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Schoolcraft: The big island in the great prairie

An old photo of the Commercial House Hotel.

By Maggie Snyder, Vicksburg Historical Society

If you don’t watch out, you might run into history just about anywhere. Even an innocent antiquing trip to Schoolcraft, and the buying of one little post card, can set a person off on the trail of something or another. This time, it was the story behind the building on my post card, Commercial House Hotel.

The history of this entire area, including the village of Schoolcraft, began with the coming of the first white explorers. They were probably LaSalle and his followers, who reported that on April 2, 1680, they spent the night about five miles east of a great round prairie located between two rivers. We know now that those two rivers were the St. Joseph and the Kalamazoo.

Much incorrect information was circulated for years about Michigan. It was described in an early U. S. survey as “…so swampy that not 100 acres in the entire Great Lakes appear capable of supporting settlers…”

It wasn’t until the 1826 survey by Robert Clark that the economic potential of the fertile band of prairies in the southern part of the Michigan Territory was discovered. Once word got out that Michigan was not just one big swamp, settlers quickly arrived. They were amazed at the exquisite beauty of the area French explorers called Prairie Ronde meaning “Round Prairie”.

Schoolcraft pioneer E. Larkin Brown remembered his first view of Schoolcraft Prairie during a pioneer gathering held in 1879. Mr. Brown was quoted as follows:

“On the 5th day of November 1831, I finished a long and tedious journey of over three weeks from Vermont by riding from Bronson, (now Kalamazoo), down a road that was the old Indian trail…to what was known as the Big Island. Nearly half of the vast and beautiful Prairie Ronde lay in what was to become Schoolcraft Township, the other half in Prairie Ronde Township…It was known as Big Island from the fact that it was the largest body of trees within the bounds of the prairie.

“Early in March the rank growth of last year’s grass, dried by the sun and wind, was set on fire and the whole prairie burned over, leaving it bare and black as midnight. Then in a few days came the beautiful flowers, covering the whole prairie with one uniform kind and color. These flowers would bloom and fade, to be replaced by flowers of another kind and color, and those by yet another kind and color, until cold weather marked the end of the growing season”.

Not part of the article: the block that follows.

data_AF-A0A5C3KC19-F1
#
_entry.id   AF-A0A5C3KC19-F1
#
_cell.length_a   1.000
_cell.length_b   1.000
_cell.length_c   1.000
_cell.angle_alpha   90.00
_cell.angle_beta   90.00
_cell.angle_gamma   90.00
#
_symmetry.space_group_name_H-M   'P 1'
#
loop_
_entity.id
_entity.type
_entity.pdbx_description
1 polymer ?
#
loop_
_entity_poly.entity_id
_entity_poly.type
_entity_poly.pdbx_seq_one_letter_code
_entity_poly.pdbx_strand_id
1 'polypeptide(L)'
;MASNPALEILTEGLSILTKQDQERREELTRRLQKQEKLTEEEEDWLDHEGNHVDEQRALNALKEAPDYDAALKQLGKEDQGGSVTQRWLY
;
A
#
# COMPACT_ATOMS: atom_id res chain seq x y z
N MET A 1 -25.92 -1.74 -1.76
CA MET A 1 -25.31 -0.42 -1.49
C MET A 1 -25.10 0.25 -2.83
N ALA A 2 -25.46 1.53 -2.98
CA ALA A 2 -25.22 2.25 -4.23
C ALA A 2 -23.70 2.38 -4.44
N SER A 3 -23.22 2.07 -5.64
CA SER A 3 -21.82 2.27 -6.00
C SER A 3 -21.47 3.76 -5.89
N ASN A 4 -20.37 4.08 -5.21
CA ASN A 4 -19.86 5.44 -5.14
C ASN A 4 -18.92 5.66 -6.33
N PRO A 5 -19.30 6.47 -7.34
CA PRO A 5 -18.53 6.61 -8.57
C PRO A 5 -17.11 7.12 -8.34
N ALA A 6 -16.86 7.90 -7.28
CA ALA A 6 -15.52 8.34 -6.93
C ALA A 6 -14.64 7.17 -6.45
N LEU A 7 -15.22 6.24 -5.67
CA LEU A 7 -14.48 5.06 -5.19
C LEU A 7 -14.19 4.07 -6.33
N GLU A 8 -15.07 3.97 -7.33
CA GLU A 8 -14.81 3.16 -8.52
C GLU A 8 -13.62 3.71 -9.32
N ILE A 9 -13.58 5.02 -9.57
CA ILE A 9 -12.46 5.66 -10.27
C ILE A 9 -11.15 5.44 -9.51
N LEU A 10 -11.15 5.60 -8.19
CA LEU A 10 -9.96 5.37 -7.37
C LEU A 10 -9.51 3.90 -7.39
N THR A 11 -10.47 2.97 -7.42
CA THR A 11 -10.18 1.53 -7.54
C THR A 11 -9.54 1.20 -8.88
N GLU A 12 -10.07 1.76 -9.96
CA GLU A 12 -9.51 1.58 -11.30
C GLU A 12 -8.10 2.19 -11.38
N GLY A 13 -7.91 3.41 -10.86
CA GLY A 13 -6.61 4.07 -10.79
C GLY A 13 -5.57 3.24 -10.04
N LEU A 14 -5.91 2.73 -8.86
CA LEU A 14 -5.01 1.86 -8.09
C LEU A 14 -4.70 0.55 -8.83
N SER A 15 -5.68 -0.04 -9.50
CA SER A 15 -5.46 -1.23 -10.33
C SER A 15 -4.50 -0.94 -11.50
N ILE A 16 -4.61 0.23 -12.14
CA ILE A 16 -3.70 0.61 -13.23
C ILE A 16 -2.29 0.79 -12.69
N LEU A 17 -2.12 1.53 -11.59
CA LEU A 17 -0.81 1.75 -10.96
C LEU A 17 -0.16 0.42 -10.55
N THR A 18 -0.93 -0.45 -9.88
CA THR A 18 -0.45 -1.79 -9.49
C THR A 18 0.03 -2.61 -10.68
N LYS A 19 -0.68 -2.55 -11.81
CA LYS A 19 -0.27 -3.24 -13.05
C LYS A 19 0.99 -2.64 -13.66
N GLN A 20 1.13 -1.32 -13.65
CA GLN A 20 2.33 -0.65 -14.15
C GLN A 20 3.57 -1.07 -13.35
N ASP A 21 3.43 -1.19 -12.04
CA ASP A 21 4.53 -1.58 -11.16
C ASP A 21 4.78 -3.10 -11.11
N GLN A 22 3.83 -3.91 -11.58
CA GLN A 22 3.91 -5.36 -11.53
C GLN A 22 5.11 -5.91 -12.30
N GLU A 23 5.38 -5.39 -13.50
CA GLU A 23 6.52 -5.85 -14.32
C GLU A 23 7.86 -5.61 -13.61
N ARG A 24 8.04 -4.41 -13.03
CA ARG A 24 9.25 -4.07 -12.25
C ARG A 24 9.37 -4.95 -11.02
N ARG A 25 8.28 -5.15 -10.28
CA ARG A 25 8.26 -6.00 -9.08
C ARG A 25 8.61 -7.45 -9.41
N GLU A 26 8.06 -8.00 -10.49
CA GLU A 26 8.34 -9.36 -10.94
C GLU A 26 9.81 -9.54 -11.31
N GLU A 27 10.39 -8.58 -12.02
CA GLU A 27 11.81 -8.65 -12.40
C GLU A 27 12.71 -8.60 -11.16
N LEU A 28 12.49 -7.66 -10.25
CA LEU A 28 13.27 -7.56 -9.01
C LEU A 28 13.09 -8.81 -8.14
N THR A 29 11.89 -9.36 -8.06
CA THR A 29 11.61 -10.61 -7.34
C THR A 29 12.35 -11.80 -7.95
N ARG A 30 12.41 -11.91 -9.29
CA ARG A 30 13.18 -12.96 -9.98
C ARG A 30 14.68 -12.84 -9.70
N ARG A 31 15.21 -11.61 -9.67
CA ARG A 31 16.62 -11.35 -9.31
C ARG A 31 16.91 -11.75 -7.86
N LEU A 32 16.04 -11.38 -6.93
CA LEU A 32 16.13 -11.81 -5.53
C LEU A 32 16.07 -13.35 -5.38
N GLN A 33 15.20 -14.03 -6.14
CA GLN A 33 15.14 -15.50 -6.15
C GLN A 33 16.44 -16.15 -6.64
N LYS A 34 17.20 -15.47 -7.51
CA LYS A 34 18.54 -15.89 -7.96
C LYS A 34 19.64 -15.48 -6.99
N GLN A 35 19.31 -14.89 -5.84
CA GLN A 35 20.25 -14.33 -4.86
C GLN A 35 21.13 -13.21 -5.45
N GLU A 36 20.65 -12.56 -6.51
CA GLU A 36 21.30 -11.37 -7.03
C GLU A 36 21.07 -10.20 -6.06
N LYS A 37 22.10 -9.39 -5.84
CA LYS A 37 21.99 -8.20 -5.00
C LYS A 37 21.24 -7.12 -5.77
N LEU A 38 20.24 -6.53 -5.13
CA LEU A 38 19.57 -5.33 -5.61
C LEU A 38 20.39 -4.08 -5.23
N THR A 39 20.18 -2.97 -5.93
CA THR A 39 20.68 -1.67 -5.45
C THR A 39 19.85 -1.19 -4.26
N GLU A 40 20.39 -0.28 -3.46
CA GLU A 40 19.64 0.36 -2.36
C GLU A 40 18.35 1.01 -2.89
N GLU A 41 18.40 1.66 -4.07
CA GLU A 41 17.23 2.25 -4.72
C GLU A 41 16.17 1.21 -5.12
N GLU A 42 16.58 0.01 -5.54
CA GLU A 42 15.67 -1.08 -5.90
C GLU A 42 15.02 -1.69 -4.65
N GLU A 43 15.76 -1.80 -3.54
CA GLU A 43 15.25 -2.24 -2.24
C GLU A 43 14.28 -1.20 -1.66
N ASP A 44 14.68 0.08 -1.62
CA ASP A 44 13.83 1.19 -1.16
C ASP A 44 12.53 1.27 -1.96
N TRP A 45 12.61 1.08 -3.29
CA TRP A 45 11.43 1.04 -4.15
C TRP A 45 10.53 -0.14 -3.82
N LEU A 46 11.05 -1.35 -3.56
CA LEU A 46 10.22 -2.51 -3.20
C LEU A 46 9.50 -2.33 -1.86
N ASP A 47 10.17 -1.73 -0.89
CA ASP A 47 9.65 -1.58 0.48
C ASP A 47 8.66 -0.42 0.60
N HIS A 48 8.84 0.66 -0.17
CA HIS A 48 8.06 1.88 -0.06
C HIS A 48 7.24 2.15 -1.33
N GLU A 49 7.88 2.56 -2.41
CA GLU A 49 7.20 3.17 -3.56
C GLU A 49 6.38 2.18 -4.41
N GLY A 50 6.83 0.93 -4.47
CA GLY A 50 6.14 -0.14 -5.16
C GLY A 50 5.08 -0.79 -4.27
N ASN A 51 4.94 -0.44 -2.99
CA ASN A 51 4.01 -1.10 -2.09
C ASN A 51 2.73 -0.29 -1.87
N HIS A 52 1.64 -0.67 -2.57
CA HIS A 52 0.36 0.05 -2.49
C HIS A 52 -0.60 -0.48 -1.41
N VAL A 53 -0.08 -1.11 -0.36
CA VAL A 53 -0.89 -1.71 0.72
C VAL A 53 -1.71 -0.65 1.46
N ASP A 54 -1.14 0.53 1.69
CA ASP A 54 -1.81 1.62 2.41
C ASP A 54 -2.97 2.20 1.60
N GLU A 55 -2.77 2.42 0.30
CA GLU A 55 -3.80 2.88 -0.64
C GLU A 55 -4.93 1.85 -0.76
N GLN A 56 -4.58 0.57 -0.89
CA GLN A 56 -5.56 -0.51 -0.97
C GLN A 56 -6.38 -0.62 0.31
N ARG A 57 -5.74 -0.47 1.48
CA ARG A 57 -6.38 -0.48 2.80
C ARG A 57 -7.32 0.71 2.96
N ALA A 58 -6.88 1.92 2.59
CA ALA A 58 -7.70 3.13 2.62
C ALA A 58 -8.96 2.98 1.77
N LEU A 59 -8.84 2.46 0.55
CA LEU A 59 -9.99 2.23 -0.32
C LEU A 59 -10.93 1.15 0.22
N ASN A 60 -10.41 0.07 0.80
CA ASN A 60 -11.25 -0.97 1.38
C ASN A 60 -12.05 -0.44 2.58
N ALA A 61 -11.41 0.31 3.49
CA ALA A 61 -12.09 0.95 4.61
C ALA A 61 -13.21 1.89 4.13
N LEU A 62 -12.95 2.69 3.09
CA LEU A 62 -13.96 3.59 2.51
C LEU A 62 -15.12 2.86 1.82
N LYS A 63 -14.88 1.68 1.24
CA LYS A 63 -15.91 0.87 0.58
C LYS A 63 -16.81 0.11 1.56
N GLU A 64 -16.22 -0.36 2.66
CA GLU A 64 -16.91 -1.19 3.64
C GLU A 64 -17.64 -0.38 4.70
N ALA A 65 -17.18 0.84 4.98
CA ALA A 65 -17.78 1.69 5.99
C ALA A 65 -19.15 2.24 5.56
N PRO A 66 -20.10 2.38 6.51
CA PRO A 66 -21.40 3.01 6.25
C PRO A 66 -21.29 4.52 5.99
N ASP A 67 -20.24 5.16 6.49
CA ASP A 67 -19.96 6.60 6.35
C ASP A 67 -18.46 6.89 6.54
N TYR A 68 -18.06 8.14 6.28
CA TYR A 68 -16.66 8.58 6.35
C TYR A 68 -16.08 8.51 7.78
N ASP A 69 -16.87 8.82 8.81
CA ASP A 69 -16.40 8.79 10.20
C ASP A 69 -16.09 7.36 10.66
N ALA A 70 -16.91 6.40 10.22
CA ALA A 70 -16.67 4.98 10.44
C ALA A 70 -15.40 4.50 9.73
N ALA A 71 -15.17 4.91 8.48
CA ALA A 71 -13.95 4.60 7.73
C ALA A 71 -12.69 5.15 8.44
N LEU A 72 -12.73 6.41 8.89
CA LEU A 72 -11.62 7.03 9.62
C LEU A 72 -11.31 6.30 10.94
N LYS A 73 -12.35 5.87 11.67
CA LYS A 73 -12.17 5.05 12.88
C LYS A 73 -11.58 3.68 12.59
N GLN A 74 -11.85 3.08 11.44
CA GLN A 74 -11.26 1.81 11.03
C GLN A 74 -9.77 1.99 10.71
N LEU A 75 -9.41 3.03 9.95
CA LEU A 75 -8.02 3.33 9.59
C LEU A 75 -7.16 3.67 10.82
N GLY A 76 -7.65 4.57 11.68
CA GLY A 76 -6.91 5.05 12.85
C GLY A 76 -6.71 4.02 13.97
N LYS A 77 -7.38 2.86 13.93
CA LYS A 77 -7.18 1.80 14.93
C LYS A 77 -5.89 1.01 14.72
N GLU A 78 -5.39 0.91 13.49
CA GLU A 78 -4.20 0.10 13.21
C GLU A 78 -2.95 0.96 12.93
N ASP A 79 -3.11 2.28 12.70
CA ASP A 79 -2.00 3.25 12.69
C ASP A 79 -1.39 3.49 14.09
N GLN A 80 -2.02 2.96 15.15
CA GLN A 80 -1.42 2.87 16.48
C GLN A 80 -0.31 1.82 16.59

The original plat of the village of Schoolcraft, which took its name from Henry Rowe Schoolcraft, was received for record October 5, 1831. The description of the original plat, as recorded in the registrar’s office at Kalamazoo, stated the village was located “…east of the Big Island on Prairie Ronde.”

The fertile, flower-strewn prairie was soon discovered as perfect for the cultivation of wheat.
Prairie Ronde wheat was grown in such quantities it was exported to the Lake Michigan port of St. Joseph, then on to the markets of Chicago. The wheat traveled on boats holding from 800 to 1,000 bushels traveling along the St. Joseph River. The gradual growth of this wheat economy led to development and expansion, and Schoolcraft’s first hotel, The Big Island Hotel was built in 1832. But it’s the village’s second hotel that holds our interest today.

The Schoolcraft House was located on Grand Street in a building originally used as a dwelling, then enlarged and converted into a hotel. This structure was torn down in 1870 and replaced in 1872-73 by the large brick hotel shown in my 1909 post card purchase. The new building was named the Troxel House after its builder, then later the Commercial Hotel. Much later, greatly modified and missing its third floor, this grand old building served the public for many years as Bud’s Bar. And, so we hear, after being closed for several years it will re-open in the spring.

And there we have it. An innocent browsing trip turned into a question about a building, which turned into explorers, fields of flowers, fields of wheat, the “why” behind the name Prairie Ronde, and a look into the history of yet another familiar landmark.

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